Conflict Alerts # 166, 23 September 2020
In the news
On 22 September 2020, Dawn reported the recovery of five polio workers, who were kidnapped earlier, while they were administering polio vaccine in Kohlu district in Balochistan. According to the report, the five men were kidnapped earlier by armed men.
On 21 September 2020, in another report, Dawn said so far in 2020 alone, there have been 73 cases of polio reported. In 2019, it was 147.
On 20 September 2020, another report published in Dawn referred to a larger problem relating to Polio in the province of Punjab. Titled, "63pc of environmental samples in Punjab test positive for the poliovirus," the report said: "The initiative for the eradication of polio from the country seems to have hit a snag in Punjab as the crippling disease is on the brink of an outbreak apparently due to the apathy of the government, risking the health and lives of millions of vulnerable children across the province. An official report has exposed the efforts of the health authorities and the programme managers after Punjab reported a 63 per cent positive rate of the environmental samples collected from across the province." Recently, in August, the World Health Organization declared Africa Polio free. However, in Asia, it remains a problem for Pakistan and Afghanistan.
On 20 September, the Chairman of Pakistan Ulema Council addressed a press conference to state: "Pakistan Ulema Council, Darul Afta Pakistan, Wafaq-ul-Masajid, Madaris-i-Pakistan and leading ulema and mashaikh have already termed polio drops not only halal but also beneficial for people and decrees have been issued that there is nothing harmful or haram in polio drops."
Issues at large
First, the issue of governance and the spending on health – at the national and provincial levels. The issue of polio cannot be seen in isolation and should be viewed as a part of a larger governance issue facing the health sector both at the national and provincial levels. Many critics within, say that the awareness campaigns need an effective strategy.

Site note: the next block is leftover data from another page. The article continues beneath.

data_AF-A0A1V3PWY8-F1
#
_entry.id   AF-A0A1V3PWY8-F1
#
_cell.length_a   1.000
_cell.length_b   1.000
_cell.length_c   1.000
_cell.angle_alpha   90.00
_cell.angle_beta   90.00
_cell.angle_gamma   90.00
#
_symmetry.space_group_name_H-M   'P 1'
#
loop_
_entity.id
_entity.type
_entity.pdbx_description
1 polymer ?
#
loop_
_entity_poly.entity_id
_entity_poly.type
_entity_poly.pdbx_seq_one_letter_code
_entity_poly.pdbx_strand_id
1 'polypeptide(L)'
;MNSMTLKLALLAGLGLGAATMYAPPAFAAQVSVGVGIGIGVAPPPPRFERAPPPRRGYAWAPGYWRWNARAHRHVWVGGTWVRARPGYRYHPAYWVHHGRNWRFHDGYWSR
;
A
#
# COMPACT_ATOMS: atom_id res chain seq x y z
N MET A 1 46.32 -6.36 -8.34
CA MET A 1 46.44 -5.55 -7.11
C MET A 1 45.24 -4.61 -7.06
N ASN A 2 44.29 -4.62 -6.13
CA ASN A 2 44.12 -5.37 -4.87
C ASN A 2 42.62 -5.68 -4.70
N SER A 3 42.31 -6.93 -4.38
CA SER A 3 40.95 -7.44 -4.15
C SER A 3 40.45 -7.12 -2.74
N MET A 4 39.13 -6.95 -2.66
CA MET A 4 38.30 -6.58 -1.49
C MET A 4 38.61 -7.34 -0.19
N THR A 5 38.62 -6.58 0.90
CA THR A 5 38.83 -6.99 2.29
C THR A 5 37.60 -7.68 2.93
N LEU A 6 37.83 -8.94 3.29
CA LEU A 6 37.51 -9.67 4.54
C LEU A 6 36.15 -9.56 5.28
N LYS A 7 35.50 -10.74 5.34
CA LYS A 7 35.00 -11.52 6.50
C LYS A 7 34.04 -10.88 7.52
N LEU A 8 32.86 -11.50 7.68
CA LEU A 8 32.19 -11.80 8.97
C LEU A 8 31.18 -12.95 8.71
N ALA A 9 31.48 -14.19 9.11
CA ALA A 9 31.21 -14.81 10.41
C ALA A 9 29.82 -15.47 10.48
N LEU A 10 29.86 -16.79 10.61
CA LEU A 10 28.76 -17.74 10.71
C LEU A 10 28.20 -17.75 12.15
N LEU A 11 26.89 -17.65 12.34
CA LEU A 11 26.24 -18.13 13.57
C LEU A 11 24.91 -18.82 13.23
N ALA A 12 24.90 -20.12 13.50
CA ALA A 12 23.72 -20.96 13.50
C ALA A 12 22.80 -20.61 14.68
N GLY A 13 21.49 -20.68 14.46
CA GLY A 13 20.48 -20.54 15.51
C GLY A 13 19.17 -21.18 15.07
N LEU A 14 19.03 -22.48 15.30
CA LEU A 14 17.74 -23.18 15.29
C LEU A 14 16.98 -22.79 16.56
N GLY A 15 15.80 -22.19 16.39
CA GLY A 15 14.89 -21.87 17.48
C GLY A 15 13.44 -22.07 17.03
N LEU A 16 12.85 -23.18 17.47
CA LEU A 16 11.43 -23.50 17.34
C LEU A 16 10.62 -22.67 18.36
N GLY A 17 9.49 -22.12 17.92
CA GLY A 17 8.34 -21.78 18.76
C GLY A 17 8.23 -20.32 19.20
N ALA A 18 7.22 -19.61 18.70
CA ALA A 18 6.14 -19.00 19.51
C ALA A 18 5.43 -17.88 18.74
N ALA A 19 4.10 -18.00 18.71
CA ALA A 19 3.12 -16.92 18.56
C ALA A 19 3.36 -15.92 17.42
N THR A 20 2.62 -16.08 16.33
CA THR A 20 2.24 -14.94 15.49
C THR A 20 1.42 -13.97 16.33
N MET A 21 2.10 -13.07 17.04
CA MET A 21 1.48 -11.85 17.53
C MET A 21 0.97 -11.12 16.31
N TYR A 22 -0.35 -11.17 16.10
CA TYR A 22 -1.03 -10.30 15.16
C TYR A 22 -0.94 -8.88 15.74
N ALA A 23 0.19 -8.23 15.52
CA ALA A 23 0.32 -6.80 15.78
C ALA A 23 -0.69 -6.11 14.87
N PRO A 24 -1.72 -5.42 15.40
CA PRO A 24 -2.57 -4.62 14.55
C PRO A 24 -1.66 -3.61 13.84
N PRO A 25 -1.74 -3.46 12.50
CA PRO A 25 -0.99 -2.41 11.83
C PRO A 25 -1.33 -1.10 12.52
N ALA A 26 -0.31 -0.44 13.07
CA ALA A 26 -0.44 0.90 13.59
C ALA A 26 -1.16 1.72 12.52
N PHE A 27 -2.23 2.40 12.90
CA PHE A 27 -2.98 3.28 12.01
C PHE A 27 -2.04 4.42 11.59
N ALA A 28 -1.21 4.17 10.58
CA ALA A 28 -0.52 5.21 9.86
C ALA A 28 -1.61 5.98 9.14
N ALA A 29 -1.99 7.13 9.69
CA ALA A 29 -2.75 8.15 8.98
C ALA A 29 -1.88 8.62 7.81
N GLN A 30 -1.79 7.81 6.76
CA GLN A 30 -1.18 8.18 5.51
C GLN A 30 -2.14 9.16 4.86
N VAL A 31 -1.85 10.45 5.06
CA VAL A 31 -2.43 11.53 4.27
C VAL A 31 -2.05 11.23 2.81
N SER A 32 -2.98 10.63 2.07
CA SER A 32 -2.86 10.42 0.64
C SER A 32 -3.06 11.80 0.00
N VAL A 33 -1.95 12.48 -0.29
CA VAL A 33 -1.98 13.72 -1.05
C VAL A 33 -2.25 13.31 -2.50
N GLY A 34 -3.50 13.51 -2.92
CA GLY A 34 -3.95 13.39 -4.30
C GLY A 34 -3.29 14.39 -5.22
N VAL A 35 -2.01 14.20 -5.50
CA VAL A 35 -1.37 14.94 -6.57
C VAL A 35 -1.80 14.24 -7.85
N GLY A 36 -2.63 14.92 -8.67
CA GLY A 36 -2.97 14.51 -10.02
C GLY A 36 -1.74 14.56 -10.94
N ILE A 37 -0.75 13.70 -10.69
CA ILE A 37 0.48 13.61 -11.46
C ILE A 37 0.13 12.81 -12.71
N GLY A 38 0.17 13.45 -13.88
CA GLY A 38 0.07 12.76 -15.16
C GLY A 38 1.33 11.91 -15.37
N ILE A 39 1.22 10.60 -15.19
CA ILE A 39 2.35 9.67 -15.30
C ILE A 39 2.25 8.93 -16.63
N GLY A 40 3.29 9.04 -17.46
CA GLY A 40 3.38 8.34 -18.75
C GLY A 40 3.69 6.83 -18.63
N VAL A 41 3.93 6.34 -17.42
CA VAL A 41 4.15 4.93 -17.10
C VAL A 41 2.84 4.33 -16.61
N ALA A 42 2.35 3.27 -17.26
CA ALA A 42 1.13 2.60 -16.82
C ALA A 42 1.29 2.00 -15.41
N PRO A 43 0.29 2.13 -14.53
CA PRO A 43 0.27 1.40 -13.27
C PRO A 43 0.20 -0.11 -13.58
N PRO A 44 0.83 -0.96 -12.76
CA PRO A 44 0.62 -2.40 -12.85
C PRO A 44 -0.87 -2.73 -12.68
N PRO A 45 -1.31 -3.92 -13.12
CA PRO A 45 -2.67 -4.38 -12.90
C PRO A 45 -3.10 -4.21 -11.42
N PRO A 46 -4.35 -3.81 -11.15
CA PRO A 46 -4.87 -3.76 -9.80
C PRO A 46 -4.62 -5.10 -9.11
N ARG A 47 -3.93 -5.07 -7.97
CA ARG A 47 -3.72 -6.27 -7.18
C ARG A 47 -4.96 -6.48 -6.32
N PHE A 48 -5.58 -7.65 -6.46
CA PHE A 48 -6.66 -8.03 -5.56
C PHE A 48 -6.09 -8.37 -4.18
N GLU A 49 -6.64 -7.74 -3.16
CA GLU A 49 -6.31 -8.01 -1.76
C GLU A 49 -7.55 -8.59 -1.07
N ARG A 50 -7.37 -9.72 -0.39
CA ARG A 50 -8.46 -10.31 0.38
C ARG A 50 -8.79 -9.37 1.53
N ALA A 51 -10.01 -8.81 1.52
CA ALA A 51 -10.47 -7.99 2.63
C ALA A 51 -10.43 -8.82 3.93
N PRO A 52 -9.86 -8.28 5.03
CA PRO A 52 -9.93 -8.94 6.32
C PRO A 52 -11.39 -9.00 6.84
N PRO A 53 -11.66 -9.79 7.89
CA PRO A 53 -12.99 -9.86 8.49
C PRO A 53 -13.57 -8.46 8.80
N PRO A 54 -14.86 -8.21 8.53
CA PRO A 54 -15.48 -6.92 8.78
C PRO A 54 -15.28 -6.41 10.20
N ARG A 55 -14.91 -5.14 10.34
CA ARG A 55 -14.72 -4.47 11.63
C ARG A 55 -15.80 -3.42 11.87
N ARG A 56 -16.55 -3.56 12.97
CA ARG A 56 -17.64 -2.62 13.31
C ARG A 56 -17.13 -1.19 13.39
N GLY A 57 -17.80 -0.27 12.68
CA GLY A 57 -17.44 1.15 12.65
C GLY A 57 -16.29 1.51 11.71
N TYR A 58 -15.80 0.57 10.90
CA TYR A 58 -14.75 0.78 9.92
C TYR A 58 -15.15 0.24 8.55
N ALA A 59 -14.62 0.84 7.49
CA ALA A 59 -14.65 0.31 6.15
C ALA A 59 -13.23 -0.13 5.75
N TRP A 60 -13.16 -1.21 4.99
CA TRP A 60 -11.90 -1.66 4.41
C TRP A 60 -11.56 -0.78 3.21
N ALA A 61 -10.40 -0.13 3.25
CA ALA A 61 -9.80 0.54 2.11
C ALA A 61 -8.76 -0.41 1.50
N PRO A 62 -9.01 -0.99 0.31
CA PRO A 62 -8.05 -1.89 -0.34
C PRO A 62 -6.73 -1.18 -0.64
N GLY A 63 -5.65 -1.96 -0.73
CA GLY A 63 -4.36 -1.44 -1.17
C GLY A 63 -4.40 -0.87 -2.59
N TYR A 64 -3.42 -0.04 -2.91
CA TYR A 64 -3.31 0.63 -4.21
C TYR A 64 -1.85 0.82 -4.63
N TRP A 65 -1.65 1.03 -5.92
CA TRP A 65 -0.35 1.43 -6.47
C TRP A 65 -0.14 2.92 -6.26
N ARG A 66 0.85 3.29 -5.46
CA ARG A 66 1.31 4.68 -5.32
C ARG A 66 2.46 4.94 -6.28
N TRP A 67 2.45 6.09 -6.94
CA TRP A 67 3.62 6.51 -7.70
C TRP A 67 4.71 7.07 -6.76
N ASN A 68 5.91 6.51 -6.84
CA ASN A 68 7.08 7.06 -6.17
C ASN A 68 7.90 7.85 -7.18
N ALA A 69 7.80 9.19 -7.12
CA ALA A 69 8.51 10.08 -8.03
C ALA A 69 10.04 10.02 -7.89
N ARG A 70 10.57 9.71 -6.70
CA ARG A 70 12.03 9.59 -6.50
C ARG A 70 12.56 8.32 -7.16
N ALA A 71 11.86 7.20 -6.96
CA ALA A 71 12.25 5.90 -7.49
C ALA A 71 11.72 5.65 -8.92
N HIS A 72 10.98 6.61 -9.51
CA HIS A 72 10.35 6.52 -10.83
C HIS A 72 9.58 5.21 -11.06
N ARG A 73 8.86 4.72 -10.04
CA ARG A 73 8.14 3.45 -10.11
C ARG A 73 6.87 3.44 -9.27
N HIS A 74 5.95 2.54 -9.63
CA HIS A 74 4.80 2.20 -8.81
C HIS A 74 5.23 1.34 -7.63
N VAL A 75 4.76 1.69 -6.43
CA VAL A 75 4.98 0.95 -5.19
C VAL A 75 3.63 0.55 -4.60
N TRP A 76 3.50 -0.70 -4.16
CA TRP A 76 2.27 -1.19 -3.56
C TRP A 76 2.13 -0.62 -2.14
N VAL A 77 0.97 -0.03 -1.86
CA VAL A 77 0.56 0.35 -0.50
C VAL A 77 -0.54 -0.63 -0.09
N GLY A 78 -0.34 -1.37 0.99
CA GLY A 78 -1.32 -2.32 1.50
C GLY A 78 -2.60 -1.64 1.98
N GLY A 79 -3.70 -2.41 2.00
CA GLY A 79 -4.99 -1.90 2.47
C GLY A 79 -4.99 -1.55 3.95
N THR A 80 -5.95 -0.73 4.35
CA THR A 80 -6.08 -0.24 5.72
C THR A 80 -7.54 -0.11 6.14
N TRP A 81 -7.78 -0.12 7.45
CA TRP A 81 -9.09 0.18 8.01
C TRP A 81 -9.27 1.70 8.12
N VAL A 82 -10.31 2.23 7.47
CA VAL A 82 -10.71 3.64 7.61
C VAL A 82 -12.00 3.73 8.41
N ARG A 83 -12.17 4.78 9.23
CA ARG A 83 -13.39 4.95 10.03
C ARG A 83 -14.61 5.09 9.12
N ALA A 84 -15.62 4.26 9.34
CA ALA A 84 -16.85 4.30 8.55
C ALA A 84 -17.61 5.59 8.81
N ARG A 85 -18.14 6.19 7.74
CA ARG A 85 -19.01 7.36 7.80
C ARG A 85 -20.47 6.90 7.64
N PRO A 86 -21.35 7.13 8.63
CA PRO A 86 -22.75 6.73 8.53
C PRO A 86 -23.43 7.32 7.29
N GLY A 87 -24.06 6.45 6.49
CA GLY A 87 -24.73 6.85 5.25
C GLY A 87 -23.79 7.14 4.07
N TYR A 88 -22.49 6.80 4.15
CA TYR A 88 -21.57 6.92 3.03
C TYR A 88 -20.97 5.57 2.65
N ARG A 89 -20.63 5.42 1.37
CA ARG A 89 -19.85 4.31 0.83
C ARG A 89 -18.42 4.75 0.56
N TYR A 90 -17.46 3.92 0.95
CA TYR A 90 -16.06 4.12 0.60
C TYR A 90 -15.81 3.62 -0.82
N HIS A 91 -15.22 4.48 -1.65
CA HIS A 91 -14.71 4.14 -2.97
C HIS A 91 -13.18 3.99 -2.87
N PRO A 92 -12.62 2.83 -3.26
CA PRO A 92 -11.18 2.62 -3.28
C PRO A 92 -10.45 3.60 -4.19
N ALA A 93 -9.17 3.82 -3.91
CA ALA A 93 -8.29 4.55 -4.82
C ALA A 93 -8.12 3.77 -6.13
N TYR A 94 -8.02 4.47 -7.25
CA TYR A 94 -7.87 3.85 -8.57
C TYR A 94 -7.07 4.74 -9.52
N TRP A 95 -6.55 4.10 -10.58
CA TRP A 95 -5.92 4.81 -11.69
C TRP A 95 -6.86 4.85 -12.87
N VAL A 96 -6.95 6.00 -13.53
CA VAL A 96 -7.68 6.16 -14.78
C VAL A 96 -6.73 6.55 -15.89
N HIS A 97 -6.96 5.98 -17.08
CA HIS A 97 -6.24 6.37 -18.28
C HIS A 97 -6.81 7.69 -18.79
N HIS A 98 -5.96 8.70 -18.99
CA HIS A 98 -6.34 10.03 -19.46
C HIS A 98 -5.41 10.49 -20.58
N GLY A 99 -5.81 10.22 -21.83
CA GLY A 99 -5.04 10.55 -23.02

Second, the reluctance at the societal level, especially in rural areas. A section within the society is reluctant to see polio as a health problem; unfortunately, they see it as a part of a conspiracy aimed at reducing the population. Another issue is - whether vaccination was halal or not. The conservative section, especially at the rural areas look at the vaccination from non-health perspective. In this context, awareness campaigns become important. Like that of the statement from the Pakistan Ulema Council, more such statements from the religious, political and health sectors need to be a part of a larger campaign.
Third, the threats against the polio health workers. As happened in Balochistan last week, kidnapping and attacking the polio workers have become a security issue for those who are working hard. Given the size of Pakistan and the need to carry out vaccination, the State needs to provide better security to the polio workers. They have become an easy target for the militants; and the last few many years, many polio workers have lost their lives not only to the militants but also to societal miscreants.
Pakistan needs a larger campaign to create better awareness to address the polio problem. It needs to find innovative ways to increase awareness, and also address the apprehensions at the societal level.
Pakistan also needs to invest more in the health sector. The issue is just not finding polio workers to do a job, but to strengthen the health sector at the grassroots level and to provide institutional support to the workers – not only working on polio.
Third, security for the polio workers. The State will have to work towards not only providing better security but also better travel and accommodation arrangements.